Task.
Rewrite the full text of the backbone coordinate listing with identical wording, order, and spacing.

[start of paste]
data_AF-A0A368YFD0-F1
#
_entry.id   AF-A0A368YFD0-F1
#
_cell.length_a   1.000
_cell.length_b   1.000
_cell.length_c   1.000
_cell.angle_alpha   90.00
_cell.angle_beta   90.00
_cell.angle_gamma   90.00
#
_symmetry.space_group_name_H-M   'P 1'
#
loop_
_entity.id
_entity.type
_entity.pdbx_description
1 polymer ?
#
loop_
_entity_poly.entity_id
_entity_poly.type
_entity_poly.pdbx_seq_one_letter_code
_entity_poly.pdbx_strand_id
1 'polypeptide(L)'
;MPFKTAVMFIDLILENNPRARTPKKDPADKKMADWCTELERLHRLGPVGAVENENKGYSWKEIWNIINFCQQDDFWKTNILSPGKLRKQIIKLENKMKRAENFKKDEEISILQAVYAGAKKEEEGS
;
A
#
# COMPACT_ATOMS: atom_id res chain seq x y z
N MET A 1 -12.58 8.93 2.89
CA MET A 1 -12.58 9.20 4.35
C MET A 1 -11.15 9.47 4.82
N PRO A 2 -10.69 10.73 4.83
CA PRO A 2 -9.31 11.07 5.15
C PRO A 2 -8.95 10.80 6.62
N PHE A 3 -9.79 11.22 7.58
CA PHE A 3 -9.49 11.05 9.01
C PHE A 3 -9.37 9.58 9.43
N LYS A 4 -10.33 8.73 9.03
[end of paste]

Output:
data_AF-A0A368YFD0-F1
#
_entry.id   AF-A0A368YFD0-F1
#
_cell.length_a   1.000
_cell.length_b   1.000
_cell.length_c   1.000
_cell.angle_alpha   90.00
_cell.angle_beta   90.00
_cell.angle_gamma   90.00
#
_symmetry.space_group_name_H-M   'P 1'
#
loop_
_entity.id
_entity.type
_entity.pdbx_description
1 polymer ?
#
loop_
_entity_poly.entity_id
_entity_poly.type
_entity_poly.pdbx_seq_one_letter_code
_entity_poly.pdbx_strand_id
1 'polypeptide(L)'
;MPFKTAVMFIDLILENNPRARTPKKDPADKKMADWCTELERLHRLGPVGAVENENKGYSWKEIWNIINFCQQDDFWKTNILSPGKLRKQIIKLENKMKRAENFKKDEEISILQAVYAGAKKEEEGS
;
A
#
# COMPACT_ATOMS: atom_id res chain seq x y z
N MET A 1 -12.58 8.93 2.89
CA MET A 1 -12.58 9.20 4.35
C MET A 1 -11.15 9.47 4.82
N PRO A 2 -10.69 10.73 4.83
CA PRO A 2 -9.31 11.07 5.15
C PRO A 2 -8.95 10.80 6.62
N PHE A 3 -9.79 11.22 7.58
CA PHE A 3 -9.49 11.05 9.01
C PHE A 3 -9.37 9.58 9.43
N LYS A 4 -10.33 8.73 9.03